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Is There Such a Thing as Photographic Memory?

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The best early ‘90s children’s bookshelves were full of books about child detectives, from Nancy Drew to Encyclopedia Brown to Cam Jansen, the fifth grade super-sleuth with a photographic memory. She was called “Cam,” short for “camera,” because she would close her eyes and say, “click!” to instantly memorize every detail of a scene. It’s the kind of thing that seems too good to be true—a perfect fictional device endowing a fifth-grader with nearly foolproof crime-solving skills—but does anyone really have a memory as accurate as a camera?

The short answer, sadly, is no: “photographic memory” is mostly hype and hyperbole. Studies conducted on eidetic memory—the medical term for a super-accurate memory, and the examined phenomenon closest to what popular culture calls photographic memory—have varied in their diagnoses of savants like Stephen Wiltshire, whose feats of applied memorization include drawing entire city skylines unassisted after a brief helicopter ride above them. Despite claims that such diverse figures as physicist Nikola Tesla, composer Sergei Rachmaninoff, and Mr. T of A-Team fame (among others) possessed a photographic memory, scientists have understandably found it difficult to construct a standardized test for it. When documented memory experts like the yearly winners of the World Memory Championships make no secret of the techniques and conscious practice they use to assist their memorizations, it’s hard to determine the difference between a photographic memory and sheer hard work.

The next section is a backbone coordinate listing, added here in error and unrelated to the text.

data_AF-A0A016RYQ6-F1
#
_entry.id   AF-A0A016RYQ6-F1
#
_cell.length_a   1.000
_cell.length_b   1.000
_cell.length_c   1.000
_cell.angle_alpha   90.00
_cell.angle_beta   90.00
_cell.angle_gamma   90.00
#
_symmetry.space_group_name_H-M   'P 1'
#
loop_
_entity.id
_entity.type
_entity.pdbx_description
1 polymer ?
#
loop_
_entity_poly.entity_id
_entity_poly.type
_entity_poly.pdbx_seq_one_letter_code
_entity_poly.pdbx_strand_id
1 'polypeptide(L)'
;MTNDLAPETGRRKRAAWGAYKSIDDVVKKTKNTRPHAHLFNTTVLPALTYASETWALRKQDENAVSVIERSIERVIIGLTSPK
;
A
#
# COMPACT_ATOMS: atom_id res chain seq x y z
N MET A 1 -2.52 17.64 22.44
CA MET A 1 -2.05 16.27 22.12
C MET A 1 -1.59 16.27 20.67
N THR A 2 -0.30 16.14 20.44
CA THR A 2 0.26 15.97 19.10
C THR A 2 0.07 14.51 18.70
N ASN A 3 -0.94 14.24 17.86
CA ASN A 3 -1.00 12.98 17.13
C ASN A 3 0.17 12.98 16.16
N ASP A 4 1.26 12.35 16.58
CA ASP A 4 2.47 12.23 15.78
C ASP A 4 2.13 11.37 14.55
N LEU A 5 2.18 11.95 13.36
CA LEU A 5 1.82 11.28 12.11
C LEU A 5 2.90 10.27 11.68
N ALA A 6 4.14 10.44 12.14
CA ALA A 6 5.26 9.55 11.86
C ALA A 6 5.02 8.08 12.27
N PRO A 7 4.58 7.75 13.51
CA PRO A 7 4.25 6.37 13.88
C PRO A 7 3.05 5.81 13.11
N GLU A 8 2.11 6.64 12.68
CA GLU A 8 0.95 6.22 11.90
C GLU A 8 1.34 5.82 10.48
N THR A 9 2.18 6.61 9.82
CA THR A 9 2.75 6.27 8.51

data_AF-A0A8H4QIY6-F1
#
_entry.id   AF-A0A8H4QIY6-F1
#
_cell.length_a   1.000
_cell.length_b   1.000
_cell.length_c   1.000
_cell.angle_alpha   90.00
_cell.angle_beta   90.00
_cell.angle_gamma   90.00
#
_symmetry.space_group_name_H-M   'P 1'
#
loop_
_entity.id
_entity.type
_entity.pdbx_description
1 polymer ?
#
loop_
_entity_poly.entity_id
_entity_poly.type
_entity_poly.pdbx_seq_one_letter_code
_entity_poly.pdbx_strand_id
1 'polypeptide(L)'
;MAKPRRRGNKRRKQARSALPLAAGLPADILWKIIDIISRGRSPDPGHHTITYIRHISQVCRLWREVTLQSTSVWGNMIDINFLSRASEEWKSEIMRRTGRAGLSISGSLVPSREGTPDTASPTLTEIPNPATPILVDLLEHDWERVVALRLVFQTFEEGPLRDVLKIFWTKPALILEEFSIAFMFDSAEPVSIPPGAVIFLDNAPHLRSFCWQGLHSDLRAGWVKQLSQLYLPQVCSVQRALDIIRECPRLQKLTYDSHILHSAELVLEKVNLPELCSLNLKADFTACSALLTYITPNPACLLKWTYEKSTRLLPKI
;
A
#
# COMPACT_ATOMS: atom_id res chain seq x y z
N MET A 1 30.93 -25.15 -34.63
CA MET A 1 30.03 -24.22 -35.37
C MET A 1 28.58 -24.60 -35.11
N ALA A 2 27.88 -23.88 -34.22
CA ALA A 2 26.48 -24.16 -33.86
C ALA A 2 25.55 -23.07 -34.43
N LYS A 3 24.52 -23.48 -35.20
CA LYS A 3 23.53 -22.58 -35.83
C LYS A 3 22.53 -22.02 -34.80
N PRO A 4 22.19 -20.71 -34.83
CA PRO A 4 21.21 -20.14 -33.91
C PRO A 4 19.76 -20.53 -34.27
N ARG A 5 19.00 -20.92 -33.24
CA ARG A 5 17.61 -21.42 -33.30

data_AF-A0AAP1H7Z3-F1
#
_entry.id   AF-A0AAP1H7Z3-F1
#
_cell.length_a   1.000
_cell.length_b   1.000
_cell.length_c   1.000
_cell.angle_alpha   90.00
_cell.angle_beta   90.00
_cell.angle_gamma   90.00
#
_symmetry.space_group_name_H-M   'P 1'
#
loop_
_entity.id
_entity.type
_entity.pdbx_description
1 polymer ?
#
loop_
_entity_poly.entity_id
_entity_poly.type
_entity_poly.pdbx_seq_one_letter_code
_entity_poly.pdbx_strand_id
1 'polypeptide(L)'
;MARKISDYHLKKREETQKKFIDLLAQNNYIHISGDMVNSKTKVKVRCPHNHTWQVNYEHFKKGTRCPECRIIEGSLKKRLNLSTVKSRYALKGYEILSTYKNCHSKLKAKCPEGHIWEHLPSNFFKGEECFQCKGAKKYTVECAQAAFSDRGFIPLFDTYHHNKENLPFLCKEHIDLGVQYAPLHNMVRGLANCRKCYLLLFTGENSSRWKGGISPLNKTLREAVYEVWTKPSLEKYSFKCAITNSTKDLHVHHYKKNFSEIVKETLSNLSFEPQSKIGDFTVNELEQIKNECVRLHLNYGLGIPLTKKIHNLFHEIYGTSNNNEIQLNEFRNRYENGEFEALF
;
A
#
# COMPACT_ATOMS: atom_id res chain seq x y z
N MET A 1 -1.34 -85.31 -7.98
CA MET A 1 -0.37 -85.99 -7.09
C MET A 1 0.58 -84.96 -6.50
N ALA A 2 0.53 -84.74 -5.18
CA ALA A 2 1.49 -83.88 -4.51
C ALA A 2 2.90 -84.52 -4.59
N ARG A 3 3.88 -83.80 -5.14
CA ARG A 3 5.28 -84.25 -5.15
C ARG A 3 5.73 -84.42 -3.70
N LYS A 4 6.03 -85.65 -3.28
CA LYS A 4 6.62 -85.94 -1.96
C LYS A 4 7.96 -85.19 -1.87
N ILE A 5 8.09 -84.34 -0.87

Eidetic memory, as distinct from photographic memory, is an uncommon but not unheard-of phenomenon, thought to occur in 2 percent to 15 percent of children. Presented with a 30-second view of an illustration on an easel, “eidetikers” are capable of vividly describing the image after its removal. They describe its details immediately, accurately, and in the present tense; their gaze glances around the empty easel as if the illustration still remains. The true test of their skill is a set of apparently random dots, and a second image shown an appropriate interval of time after the first; those with truly eidetic memories can recall both disparate images and mentally combine them to render a single, 3D image that would require normal viewers to use a stereoscopic viewer. The feat is a remarkable one, but even eidetic memories fade, and very few adults retain the childhood gift into their later years.

The possibility of photographic memory’s existence is fascinating, but has yet to be backed up by anything other than (admittedly incredible) anecdotal evidence. Even if a picture is worth a thousand words, it’s probably still best to use a camera to make sure you remember each one.

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Why You Should Never Take Your Shoes Off On an Airplane
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What should be worn during takeoff?

Tony Luna:

If you are a frequent flyer, you may often notice that some passengers like to kick off their shoes the moment they've settled down into their seats.

As an ex-flight attendant, I'm here to tell you that it is a dangerous thing to do. Why?

Besides stinking up the whole cabin, footwear is essential during an airplane emergency, even though it is not part of the flight safety information.